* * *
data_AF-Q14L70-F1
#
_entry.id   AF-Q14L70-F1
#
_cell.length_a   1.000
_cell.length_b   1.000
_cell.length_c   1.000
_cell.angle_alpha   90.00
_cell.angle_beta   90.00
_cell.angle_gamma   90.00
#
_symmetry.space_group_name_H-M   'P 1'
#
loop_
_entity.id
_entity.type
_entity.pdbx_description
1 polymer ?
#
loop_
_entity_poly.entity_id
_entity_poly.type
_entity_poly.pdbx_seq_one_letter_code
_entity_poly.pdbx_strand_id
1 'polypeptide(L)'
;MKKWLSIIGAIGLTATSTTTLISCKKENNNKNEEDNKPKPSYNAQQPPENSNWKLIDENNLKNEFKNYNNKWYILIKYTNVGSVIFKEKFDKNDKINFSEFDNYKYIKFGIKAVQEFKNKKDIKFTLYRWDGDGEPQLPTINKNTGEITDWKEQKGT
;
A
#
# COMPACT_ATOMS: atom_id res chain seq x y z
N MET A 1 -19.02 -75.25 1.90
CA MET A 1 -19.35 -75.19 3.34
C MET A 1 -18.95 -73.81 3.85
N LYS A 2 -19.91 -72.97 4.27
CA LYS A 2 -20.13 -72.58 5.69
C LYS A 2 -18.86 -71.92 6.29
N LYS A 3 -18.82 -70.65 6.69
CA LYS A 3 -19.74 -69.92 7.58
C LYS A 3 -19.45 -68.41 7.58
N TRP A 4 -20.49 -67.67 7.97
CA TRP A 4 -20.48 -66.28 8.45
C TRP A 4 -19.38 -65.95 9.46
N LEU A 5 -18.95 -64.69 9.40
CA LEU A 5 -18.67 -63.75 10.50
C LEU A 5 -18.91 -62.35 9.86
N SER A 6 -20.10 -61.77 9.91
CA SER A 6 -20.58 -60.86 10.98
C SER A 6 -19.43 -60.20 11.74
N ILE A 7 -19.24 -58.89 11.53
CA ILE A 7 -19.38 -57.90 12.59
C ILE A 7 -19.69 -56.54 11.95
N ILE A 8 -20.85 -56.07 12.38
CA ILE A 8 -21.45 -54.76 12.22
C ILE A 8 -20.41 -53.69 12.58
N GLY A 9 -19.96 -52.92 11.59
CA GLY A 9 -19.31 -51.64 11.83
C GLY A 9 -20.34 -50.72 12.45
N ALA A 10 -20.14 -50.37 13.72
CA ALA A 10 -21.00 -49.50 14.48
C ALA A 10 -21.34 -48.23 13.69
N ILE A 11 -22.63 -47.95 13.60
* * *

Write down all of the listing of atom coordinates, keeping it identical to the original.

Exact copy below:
data_AF-Q14L70-F1
#
_entry.id   AF-Q14L70-F1
#
_cell.length_a   1.000
_cell.length_b   1.000
_cell.length_c   1.000
_cell.angle_alpha   90.00
_cell.angle_beta   90.00
_cell.angle_gamma   90.00
#
_symmetry.space_group_name_H-M   'P 1'
#
loop_
_entity.id
_entity.type
_entity.pdbx_description
1 polymer ?
#
loop_
_entity_poly.entity_id
_entity_poly.type
_entity_poly.pdbx_seq_one_letter_code
_entity_poly.pdbx_strand_id
1 'polypeptide(L)'
;MKKWLSIIGAIGLTATSTTTLISCKKENNNKNEEDNKPKPSYNAQQPPENSNWKLIDENNLKNEFKNYNNKWYILIKYTNVGSVIFKEKFDKNDKINFSEFDNYKYIKFGIKAVQEFKNKKDIKFTLYRWDGDGEPQLPTINKNTGEITDWKEQKGT
;
A
#
# COMPACT_ATOMS: atom_id res chain seq x y z
N MET A 1 -19.02 -75.25 1.90
CA MET A 1 -19.35 -75.19 3.34
C MET A 1 -18.95 -73.81 3.85
N LYS A 2 -19.91 -72.97 4.27
CA LYS A 2 -20.13 -72.58 5.69
C LYS A 2 -18.86 -71.92 6.29
N LYS A 3 -18.82 -70.65 6.69
CA LYS A 3 -19.74 -69.92 7.58
C LYS A 3 -19.45 -68.41 7.58
N TRP A 4 -20.49 -67.67 7.97
CA TRP A 4 -20.48 -66.28 8.45
C TRP A 4 -19.38 -65.95 9.46
N LEU A 5 -18.95 -64.69 9.40
CA LEU A 5 -18.67 -63.75 10.50
C LEU A 5 -18.91 -62.35 9.86
N SER A 6 -20.10 -61.77 9.91
CA SER A 6 -20.58 -60.86 10.98
C SER A 6 -19.43 -60.20 11.74
N ILE A 7 -19.24 -58.89 11.53
CA ILE A 7 -19.38 -57.90 12.59
C ILE A 7 -19.69 -56.54 11.95
N ILE A 8 -20.85 -56.07 12.38
CA ILE A 8 -21.45 -54.76 12.22
C ILE A 8 -20.41 -53.69 12.58
N GLY A 9 -19.96 -52.92 11.59
CA GLY A 9 -19.31 -51.64 11.83
C GLY A 9 -20.34 -50.72 12.45
N ALA A 10 -20.14 -50.37 13.72
CA ALA A 10 -21.00 -49.50 14.48
C ALA A 10 -21.34 -48.23 13.69
N ILE A 11 -22.63 -47.95 13.60